When Covid hit, the Go Tell the Bees team in Pembrokeshire had to reimagine how to approach a mass-participation community project and begin a programme of digital engagement – no mean feat. Here, Co-Creator Naomi Chiffi, describes how they continued to keep the project alive in the most difficult of circumstances:
At the start of the pandemic there was still hope that it would be a short-term crisis. Therefore, we didn’t immediately abandon our original ambition for a full-scale theatre production. However, it soon became apparent that this was wildly optimistic and we would need to think in a new way about the entire process.
Asking ourselves key questions
We asked ourselves some key questions – how are we still able to place communities at the heart of all decisions around the production? How do we provide opportunities for mass participation? What provision can we make for education programmes and connecting with young people? How do we continue a creative Research & Development process that keeps communities at the heart of co-creation? How do we continue to build new relationships? What can, and should, we be doing during a time of global crisis that will best support and serve the communities we work with, whilst also contributing to our own artistic ambitions?
Coming together in solidarity and celebration
We began a programme of digital engagement, the aims of which were to continue to let people know that Go Tell the Bees was still very much alive; to continue to find ways for people to contribute creatively to its development; to provide an opportunity for people to come together in solidarity and celebration – a mass participation moment (despite being kept apart by lockdown); and to continue to drive the project forward.
Opportunities for creation and hope
Our first digital mission was the creation of sunflowers, designed by Di Ford with an instructional video by Gemma Green-Hope and music by Ben Mason. With everyone confined to their homes, we wanted to provide an opportunity for creation and hope, based on themes of the show. Keen to make the process open to all, we distributed free art packs. We partnered with a local growers’ association who donated hundreds of seeds which were sent with the packs. People were encouraged to plant and share images of their flowers and artistic creations.
Finding moments of mass participation
To bring people together and create a moment of mass participation we developed a digital procession to emulate the physical procession we had planned as a part of the live event. This gave us a great opportunity to further develop the narrative of the project with actors Ioan Hefin and Carys Eleri. It also provided paid opportunities for actors and community groups including Bella Voce and Samba Doc. Other participation opportunities included learning a dance routine by Sean Griffiths of Unison Dance Group in Milford Haven. Carys Eleri and Branwen Munn composed a song, Go Tell the Bees/Dod Nol at Fy Nghoed, which was released to raise money for our charity partner, Size of Wales. All of this culminated in a live performance of the procession, where a zoom audience waved the sunflowers created as part of our first mission.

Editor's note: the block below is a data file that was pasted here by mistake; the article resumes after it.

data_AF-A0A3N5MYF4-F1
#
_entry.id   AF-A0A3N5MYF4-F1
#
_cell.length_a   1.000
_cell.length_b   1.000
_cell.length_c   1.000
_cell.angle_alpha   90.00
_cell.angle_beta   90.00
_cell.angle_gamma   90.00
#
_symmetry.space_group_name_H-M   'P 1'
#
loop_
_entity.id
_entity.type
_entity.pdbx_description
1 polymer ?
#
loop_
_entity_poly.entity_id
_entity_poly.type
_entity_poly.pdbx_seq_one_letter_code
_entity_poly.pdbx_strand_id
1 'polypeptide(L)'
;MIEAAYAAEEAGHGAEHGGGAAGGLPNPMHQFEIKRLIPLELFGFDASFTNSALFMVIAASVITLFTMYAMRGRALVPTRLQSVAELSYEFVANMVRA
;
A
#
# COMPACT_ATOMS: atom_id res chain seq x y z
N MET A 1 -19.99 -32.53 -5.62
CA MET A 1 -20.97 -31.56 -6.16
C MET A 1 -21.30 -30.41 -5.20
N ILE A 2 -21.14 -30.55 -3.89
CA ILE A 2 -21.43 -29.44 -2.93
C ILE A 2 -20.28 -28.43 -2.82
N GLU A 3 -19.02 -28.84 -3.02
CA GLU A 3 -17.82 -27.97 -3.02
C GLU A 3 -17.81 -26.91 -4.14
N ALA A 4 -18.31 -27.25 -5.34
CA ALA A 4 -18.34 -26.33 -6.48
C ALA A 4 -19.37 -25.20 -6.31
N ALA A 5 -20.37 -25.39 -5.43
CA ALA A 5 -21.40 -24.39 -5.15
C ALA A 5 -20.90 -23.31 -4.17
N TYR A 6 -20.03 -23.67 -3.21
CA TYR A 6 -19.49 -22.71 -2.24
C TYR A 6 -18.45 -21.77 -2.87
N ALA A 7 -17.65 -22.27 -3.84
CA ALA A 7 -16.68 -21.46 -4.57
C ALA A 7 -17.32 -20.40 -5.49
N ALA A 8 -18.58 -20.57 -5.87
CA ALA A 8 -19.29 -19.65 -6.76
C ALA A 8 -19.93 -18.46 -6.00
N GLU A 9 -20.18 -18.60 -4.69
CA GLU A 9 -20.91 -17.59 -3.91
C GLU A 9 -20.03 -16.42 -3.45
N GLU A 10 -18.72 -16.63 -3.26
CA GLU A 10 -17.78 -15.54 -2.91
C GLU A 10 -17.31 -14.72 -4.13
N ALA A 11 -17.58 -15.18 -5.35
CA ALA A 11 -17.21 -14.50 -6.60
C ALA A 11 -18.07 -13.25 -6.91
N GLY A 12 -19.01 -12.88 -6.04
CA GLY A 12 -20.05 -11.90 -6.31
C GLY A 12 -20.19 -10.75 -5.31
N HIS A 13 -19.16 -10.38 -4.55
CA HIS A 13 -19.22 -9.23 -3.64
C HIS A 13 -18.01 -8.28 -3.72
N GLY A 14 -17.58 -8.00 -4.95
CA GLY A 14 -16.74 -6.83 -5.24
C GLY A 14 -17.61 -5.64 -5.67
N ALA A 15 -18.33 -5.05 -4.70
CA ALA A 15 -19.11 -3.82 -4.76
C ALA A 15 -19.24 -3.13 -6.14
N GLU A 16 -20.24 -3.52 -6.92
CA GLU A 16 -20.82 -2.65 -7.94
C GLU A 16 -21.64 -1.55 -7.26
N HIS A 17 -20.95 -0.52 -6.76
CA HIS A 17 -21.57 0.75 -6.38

Our seven simple acts
Working with Counterpoints Arts and NTW TEAM Panel we created our Simple Acts programme, inspired by the words of St David himself: “Gwnewch y Pethau Bychain”. These seven Simple Acts help us to better connect with our environment and with each other. The final minutes of our film is footage that people across Pembrokeshire and beyond have sent us of themselves performing these Simple Acts. It’s a really special moment.
The Learning Hive
We also worked with six creative practitioners and five consultant teachers in the development of our Go Tell the Bees Learning Hive, a bank of resources for Key Stage 2 and 3 school children. These resources, which complement the new National Curriculum for Wales and Well-being of the Future Generations Act, provided resources not only for teachers but also those who were teaching from home during lockdown.
At the heart of Go Tell the Bees is the hope that by doing, we can learn from each other, we can build confidence and that we can experience through all of the senses. TEAM wanted this project to have a positive impact on communities. Learning in an active and imaginative way is critical to this so we are really pleased to have been able to develop this hive of activity and inspiration.